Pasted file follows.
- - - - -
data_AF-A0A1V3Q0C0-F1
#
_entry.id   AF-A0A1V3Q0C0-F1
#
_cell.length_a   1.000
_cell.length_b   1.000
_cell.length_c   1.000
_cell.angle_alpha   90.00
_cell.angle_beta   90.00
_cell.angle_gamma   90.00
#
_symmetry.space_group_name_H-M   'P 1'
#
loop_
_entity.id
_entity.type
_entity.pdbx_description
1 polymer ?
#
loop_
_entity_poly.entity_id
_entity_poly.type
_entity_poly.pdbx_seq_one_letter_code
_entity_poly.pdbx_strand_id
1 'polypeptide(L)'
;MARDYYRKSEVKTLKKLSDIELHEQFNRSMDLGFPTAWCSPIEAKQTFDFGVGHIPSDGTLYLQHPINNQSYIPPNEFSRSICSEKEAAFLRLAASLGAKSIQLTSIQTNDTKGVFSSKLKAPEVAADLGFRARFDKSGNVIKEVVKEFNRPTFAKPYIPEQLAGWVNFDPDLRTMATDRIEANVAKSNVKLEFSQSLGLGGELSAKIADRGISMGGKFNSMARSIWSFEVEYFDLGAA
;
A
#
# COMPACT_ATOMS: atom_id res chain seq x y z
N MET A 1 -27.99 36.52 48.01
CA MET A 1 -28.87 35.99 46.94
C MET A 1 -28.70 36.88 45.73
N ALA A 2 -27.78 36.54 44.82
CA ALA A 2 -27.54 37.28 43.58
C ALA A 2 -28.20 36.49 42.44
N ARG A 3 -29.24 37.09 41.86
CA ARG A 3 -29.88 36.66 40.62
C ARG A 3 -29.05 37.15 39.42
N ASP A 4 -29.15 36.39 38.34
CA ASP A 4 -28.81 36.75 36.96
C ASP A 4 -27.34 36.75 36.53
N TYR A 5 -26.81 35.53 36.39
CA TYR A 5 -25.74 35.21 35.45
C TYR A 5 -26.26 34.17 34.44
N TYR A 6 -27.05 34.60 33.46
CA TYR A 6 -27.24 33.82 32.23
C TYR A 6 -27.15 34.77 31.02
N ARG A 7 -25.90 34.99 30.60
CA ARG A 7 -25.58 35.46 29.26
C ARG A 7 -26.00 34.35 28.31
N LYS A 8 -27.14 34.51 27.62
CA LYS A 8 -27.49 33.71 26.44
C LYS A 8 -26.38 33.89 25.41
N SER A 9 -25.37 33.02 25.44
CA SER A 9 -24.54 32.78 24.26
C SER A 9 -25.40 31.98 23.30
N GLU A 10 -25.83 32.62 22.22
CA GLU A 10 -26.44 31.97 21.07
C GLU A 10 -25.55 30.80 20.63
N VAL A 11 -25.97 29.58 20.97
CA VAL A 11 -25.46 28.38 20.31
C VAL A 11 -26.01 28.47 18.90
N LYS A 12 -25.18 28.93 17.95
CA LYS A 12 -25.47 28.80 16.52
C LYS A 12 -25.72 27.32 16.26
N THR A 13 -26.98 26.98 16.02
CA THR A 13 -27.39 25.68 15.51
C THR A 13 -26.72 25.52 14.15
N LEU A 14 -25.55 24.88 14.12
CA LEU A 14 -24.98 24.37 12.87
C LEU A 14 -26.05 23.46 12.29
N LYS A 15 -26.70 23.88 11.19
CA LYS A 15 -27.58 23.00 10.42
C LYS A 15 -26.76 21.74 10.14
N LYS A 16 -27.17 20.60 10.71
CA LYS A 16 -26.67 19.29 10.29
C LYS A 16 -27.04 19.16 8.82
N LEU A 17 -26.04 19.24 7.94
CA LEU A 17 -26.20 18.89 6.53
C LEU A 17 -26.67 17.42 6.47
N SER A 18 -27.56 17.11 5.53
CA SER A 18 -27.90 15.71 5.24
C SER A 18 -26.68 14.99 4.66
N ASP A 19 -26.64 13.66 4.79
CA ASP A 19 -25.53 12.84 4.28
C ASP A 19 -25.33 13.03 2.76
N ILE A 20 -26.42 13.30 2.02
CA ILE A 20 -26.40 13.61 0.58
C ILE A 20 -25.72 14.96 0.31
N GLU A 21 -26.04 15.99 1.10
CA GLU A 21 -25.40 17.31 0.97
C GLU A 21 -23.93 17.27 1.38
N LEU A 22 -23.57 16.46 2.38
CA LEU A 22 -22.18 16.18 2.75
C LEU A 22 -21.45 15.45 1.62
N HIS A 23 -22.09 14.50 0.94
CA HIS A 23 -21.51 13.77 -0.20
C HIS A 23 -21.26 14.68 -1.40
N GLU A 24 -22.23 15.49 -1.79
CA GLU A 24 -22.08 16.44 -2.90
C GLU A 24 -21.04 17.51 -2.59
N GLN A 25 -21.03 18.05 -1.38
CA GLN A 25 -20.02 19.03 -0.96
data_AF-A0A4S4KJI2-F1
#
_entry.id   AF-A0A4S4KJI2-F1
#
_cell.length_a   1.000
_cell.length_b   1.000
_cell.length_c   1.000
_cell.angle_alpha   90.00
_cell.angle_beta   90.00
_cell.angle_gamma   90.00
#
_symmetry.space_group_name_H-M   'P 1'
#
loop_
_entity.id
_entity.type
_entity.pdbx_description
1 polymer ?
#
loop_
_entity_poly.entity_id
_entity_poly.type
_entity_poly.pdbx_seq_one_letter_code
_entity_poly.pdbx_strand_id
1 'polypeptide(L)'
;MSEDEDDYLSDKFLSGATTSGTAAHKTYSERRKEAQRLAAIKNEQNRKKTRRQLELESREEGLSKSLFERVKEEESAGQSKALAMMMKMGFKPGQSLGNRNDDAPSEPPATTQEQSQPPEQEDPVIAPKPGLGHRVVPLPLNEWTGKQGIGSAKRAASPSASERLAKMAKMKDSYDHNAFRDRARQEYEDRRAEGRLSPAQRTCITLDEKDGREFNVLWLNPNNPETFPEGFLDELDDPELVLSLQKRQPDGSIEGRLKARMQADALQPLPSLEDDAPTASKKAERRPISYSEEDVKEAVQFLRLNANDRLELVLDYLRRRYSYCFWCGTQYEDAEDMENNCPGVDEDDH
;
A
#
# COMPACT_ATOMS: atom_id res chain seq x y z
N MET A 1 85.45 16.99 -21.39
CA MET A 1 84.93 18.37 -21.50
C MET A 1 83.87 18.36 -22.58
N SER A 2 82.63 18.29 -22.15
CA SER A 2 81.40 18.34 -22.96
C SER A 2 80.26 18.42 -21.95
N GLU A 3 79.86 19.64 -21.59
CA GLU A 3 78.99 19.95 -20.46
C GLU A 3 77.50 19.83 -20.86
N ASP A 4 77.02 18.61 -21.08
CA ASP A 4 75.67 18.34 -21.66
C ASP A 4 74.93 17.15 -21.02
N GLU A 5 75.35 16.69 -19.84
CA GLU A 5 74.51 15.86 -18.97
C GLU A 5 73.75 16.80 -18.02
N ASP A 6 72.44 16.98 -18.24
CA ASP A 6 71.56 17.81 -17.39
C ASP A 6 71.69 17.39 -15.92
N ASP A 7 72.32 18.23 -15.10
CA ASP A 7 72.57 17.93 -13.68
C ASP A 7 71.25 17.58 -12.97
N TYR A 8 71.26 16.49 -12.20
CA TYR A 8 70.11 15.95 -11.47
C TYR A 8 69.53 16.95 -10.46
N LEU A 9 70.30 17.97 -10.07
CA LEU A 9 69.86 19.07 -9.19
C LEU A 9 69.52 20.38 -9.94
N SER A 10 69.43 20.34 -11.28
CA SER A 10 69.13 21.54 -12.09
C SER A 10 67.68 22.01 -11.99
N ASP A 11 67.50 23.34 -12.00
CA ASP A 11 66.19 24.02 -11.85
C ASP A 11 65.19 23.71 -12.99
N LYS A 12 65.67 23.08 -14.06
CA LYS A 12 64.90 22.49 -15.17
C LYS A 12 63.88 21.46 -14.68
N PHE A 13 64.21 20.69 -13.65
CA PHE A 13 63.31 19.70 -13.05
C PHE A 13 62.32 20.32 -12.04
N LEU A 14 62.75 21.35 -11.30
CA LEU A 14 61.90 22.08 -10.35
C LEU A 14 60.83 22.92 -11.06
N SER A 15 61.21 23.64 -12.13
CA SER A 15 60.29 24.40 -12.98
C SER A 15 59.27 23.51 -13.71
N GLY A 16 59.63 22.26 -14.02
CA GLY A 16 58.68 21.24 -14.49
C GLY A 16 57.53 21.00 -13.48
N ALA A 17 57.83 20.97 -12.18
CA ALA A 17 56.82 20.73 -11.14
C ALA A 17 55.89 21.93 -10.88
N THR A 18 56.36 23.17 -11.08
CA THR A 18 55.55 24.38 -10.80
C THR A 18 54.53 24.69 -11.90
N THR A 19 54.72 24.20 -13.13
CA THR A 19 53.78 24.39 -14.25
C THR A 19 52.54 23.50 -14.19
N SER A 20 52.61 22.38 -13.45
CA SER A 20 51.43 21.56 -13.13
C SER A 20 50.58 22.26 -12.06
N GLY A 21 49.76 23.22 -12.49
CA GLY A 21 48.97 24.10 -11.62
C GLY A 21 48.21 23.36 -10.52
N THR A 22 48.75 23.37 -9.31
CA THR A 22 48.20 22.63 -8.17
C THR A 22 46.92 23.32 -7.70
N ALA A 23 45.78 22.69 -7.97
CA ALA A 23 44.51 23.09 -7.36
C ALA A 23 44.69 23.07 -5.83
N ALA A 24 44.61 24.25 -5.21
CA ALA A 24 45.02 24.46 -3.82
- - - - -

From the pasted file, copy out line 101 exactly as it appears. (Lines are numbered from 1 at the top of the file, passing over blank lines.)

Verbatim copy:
CA GLU A 24 -22.08 16.44 -2.90